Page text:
In Barbara Ehrenreich's eye-opening Nickel and Dimed, I've just read about Wal-Mart's "people greeters". This, as Ehrenreich explains, is "an elderly employee (excuse me, associate) who welcomes each customer as he or she enters the store." Apparently the idea of installing such a person in the stores originated with a Wal-Mart employee (sorry, associate), and this is held up to Ehrenreich as an example of Wal-Mart's "respect for the individual". (Because "Sam always said" that the "best ideas come from the associates.")
I read that bit in the book just before son and I set off to wander along Provincetown's now tourist-free Commercial Street, looking for dinner. And at the Post Office Cafe, we are accosted by ... yes, you guessed it, a people greeter. Woman in a thick coat against the fall chill, rubbing her hands, she sings the virtues of the place and does her best to persuade us that dinner here would be the finest dinner we could ever imagine.
The question we ask her is, would you describe this place as an Eccentric Eatery?
Call us eccentric ourselves, but there's a reason for this. Someone has gifted son a copy of 101 Places You Gotta See Before You're 12!, and we are intent on visiting only such places as might allow us to tick off one more of those 101. And since one of those 101 is an "Eccentric Eatery", we are on the prowl for one such.
The people greeter in her coat says, "Hmmmmmm", and turns to look around behind her. She points to a bank of mailboxes on a wall. "See those? Those are mailboxes, 'cause this used to be a real post office. How's that?"
It's enough for us, besides which we are also hungry, so we enter and sit at a table for two. On the wall, there are also plaques reading "Registered Letters", "Money Orders" and "Stamps", and a slot marked "Letters". Yeah, indications of a post office past all right, though then again there's this plaque above them all: "Beware of Attack Waiter".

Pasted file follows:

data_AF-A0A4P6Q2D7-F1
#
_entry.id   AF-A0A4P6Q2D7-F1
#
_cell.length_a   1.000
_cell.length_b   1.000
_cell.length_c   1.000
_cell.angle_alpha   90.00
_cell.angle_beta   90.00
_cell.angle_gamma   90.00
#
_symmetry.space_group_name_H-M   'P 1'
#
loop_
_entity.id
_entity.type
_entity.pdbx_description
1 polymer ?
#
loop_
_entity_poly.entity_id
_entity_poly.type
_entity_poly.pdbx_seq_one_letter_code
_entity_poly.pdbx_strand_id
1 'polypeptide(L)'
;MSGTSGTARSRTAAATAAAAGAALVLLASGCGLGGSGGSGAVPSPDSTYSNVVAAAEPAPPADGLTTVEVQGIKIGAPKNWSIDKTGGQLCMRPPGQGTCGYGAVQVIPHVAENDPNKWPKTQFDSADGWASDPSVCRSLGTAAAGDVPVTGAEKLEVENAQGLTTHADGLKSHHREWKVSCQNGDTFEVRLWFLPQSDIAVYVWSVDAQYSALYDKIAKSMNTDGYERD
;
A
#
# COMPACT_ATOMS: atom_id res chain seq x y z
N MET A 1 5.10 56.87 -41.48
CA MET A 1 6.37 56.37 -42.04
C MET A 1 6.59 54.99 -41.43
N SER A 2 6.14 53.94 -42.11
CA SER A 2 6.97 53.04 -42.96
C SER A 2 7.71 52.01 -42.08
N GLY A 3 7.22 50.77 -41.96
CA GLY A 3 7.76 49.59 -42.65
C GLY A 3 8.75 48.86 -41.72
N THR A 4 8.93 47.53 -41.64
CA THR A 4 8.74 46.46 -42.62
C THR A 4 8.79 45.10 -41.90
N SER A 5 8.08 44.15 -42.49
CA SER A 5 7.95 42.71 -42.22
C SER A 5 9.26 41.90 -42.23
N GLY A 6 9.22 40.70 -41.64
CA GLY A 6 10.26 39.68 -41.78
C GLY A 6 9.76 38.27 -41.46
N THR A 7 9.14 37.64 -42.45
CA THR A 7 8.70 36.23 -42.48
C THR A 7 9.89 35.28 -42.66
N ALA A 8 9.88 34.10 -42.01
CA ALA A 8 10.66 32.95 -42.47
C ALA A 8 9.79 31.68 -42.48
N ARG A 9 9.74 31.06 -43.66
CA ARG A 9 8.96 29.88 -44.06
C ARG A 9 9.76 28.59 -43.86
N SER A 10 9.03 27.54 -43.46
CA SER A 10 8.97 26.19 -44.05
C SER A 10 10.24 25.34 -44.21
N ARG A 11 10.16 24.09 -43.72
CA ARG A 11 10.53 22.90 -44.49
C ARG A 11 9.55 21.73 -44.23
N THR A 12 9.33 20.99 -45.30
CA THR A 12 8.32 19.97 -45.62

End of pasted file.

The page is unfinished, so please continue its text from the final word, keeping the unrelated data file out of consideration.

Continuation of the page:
A young woman in short hair and a pink t-shirt walks over. I cringe involuntarily -- is this the attack waiter? She has a voice so soft I can barely hear her, but when I do hear her asking what we'd like to drink, I guess her accent is South African. Her soft voice is rendered even softer by some ghastly music blasting from an Onkyo 100-watt receiver. (Note that it's the son who first observes that it's ghastly). Drinks advertised range from a Mudslide to a Peckerhead to a Hairy Navel to a Slippery Navel. Yum. We ask for water and a lemonade.
A prominent sign advises that the "Maximum Capacity of This Room is 49 People." While there aren't nearly that many in here right now, I can't resist a quick count of the tables. There are 10 4-person tables, 4 2-person (at one of which we are seated), 1 1-person -- that's 49 right there, but there's one more table, a six-seater. So if the Post Office Cafe is ever filled to capacity, this room would have 54 people and that doesn't include the greeter and the soft-voiced woman and a smiling man who takes our food order. So what's the sign for?
The soft-voiced woman walks past and I ask her, where's that accent from? She says, "Bulgarian". So much for my accent-guessing abilities.
The greeter is leaving for home. She comes over and says to us, "I think this is about as eccentric as eateries get in Provincetown."
Back in our B&B for the night, I find a copy of Provincetown Magazine's 2008 Dining Guide lying around, and open it randomly. Oddly enough, I open to the page that carries a description of the Post Office Cafe, and here are some lines from there:
"The Post Office Cafe is one of the hottest acts in Provincetown ... [It] vibrates with energy from morning until late night. [The owner] continually fine-tunes her menus to accommodate the latest gustatory trends. Rachel Ray calls this restaurant 'Yumm-O!'. As Michael, the manager, puts it, 'we have our thumb on the pulse of the culinary world'."
This breathless paragraph warms the cockles of my heart. Clearly, we ate tonight at a uniquely superb Provincetown establishment, even an eccentric one.
Then I flip the pages of the Dining Guide and idly check three or four descriptions of other Provincetown restaurants. Every single one is just as breathless in its praise.
Suddenly, the cockles don't feel quite as warm.